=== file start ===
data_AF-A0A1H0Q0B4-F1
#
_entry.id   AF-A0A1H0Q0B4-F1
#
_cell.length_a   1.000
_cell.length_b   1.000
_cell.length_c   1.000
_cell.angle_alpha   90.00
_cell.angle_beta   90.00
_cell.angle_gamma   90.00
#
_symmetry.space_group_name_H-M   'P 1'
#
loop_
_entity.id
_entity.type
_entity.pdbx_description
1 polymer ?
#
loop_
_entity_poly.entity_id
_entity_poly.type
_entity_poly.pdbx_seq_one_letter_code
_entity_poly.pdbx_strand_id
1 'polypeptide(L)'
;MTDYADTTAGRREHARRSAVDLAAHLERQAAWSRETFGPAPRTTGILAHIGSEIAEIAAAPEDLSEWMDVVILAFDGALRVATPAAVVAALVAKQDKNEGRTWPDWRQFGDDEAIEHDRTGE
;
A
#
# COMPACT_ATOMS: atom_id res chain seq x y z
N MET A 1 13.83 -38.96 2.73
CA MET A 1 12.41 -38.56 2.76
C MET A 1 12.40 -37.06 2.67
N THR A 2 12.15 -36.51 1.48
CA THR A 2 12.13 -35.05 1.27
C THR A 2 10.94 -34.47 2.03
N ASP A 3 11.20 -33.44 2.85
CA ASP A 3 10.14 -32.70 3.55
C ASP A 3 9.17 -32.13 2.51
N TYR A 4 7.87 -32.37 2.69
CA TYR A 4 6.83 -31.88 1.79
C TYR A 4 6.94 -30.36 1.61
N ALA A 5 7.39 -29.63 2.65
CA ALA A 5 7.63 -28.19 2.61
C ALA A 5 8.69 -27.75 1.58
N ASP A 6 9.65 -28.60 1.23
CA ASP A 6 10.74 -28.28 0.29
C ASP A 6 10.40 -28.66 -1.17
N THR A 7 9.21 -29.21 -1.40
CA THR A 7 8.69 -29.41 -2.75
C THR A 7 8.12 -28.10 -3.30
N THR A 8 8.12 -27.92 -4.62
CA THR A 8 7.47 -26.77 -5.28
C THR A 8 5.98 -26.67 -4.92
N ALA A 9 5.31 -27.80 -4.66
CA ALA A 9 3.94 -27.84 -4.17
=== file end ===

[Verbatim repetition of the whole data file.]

data_AF-A0A1H0Q0B4-F1
#
_entry.id   AF-A0A1H0Q0B4-F1
#
_cell.length_a   1.000
_cell.length_b   1.000
_cell.length_c   1.000
_cell.angle_alpha   90.00
_cell.angle_beta   90.00
_cell.angle_gamma   90.00
#
_symmetry.space_group_name_H-M   'P 1'
#
loop_
_entity.id
_entity.type
_entity.pdbx_description
1 polymer ?
#
loop_
_entity_poly.entity_id
_entity_poly.type
_entity_poly.pdbx_seq_one_letter_code
_entity_poly.pdbx_strand_id
1 'polypeptide(L)'
;MTDYADTTAGRREHARRSAVDLAAHLERQAAWSRETFGPAPRTTGILAHIGSEIAEIAAAPEDLSEWMDVVILAFDGALRVATPAAVVAALVAKQDKNEGRTWPDWRQFGDDEAIEHDRTGE
;
A
#
# COMPACT_ATOMS: atom_id res chain seq x y z
N MET A 1 13.83 -38.96 2.73
CA MET A 1 12.41 -38.56 2.76
C MET A 1 12.40 -37.06 2.67
N THR A 2 12.15 -36.51 1.48
CA THR A 2 12.13 -35.05 1.27
C THR A 2 10.94 -34.47 2.03
N ASP A 3 11.20 -33.44 2.85
CA ASP A 3 10.14 -32.70 3.55
C ASP A 3 9.17 -32.13 2.51
N TYR A 4 7.87 -32.37 2.69
CA TYR A 4 6.83 -31.88 1.79
C TYR A 4 6.94 -30.36 1.61
N ALA A 5 7.39 -29.63 2.65
CA ALA A 5 7.63 -28.19 2.61
C ALA A 5 8.69 -27.75 1.58
N ASP A 6 9.65 -28.60 1.23
CA ASP A 6 10.74 -28.28 0.29
C ASP A 6 10.40 -28.66 -1.17
N THR A 7 9.21 -29.21 -1.40
CA THR A 7 8.69 -29.41 -2.75
C THR A 7 8.12 -28.10 -3.30
N THR A 8 8.12 -27.92 -4.62
CA THR A 8 7.47 -26.77 -5.28
C THR A 8 5.98 -26.67 -4.92
N ALA A 9 5.31 -27.80 -4.66
CA ALA A 9 3.94 -27.84 -4.17